The number of women riders is growing. Why do you think that’s happening?
Well, this is interesting; I think its just plain old human development; modern advancements of our culture. Women have been riding, racing and breaking distance records since early late 1800’s. I think today’s woman is more versatile—you might also say why are more women owning cars, houses, vacation properties? The borders within our definitions of being female have expanded and evolved just as everything else in our culture. Plus I think we are no longer standing around waiting for our lives to be defined by a man, as was pretty much the case in the past (50’s). Again, this is simply the advancement of our times/culture. 

Do you think there are still any real barriers to women becoming riders? If so, what are they?
The only barrier I can see is that we are still raised under traditional female expectations — meaning the conditioning of being female, what we are suppose to be doing and not. This all starts at birth. We need to be more exposed to things like motorcycling and shown that it is something a girl can do. Not something dangerous, more of a curiosity, something to explore rather than to be intimidated or frightened of. Often we are our own barriers, not our fault. How many females, non-riders I approach and invite them to try motorcycling. I usually hear—it’s frightening, I might get hurt, going around a corner makes me anxious, its so big, scary, etc. Certainly, things have changed, yet we’d only be fooling ourselves to deny it.

Additionally how do we juggle everything in life? Job, partner, career, family/children, pastimes, motorcycling. In my women studies, much is revealed simply in our nature, which can put an activity such as motorcycling at low priority. The motorcycle remains something masculine, not female.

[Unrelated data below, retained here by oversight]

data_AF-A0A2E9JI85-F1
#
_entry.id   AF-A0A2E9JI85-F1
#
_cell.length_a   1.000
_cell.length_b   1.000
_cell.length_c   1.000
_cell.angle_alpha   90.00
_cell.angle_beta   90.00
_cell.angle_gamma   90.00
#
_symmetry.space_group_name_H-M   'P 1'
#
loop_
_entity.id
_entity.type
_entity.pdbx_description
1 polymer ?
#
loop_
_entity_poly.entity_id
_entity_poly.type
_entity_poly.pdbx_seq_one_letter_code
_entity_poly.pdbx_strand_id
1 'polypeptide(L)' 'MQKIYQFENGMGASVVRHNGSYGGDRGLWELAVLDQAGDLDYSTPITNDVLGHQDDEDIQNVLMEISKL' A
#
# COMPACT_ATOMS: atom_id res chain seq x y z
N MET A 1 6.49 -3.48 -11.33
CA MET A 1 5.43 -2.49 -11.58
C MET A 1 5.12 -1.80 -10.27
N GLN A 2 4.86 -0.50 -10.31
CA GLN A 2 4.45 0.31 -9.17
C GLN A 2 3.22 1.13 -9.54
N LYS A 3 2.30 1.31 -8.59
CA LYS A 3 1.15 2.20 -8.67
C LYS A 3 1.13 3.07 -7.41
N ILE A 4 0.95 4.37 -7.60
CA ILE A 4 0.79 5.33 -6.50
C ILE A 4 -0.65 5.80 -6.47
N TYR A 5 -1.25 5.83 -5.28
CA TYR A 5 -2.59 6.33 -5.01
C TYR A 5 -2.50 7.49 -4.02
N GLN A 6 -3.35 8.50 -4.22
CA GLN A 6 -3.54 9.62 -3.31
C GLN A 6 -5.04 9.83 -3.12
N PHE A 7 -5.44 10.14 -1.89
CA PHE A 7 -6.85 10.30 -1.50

What do you hope NFRD accomplishes, in terms of number of riders, or messaging, or whatever measure you are interested in?
I hope NFRD demonstrates to our culture(s) just how many women are riding—there are many, and more importantly, there have been many. All ages, all styles (scooter, sport bike, cruiser) and that this day will bring all the diversities together. Shine a spotlight on females, create awareness and encourage others to take it up. It’s not a new idea for women. Bring together, just for one day, the various clubs, groups, types realising we are pretty much doing this for the same reasons—whether you decide to wear fringed leathers and get a tattoo or fly high in the air on your motocross bike, speed down the road in pink on your Sportbike, or tour on your Gold Wing. Not sure what to expect regarding numbers—I know its already exceeding more than I imagined just by the emails and newsletter sign-ups MOTORESS is getting each day! I’m worried about having enough budget to mail the souvenir memento!

Why is motorcycling so appealing to you personally, and do you think that’s a common reason why other women ride?
Its appealing to me because it’s demanding both mentally and in the ability/skills and it is something that fits with my lifestyle/personality. It’s also an edgy activity, well, the way I tackle it—I’ve always been a thrill seeker and as you are aware by now, have enjoyed much racing. Not all women have this thrill need and in fact there are few willing to venture to the real edge (I underline the real edge), but this is what it is for me. If there is one common reason, women ride being that motorcycling is so individual and we all have our unique reasons, it might be that it expresses and represents a non-limit. Something big, we demonstrate to others, and ourselves we can do. In addition, its such an outlet from everything else considered typical in our female day.

What kind of bike/s do you own and ride?
Right now I have a new Ducati 1098S. I’m partnered with Ducati North America and I’ve been racing Ducati’s and riding for some years now. I also have a 150cc KYMCO scooter—I think everyone should have one (it’ll go 120km an hour)—it’s a very logical first step for a young female learning to ride. Many seem to laugh when I say I have a scooter—to me, anything on wheels is a blast. Just one year ago before relocating to Toronto, I had a Ducati 900SSC for the street, a Ten Kate Honda CBR600RR for my racing /track, and a Husqvarna 250 two stroke for off roading. Two of these bikes were kept in my kitchen (guess that tells you what kind of a cook I am!).

Visit the homepage of Vicki’s new business and personal venture, Motoress, for more inspiration and a true celebration of women who ride!

Have comments about NFRD, or have your own take on one of the questions I asked Vicki? Let’s hear ’em!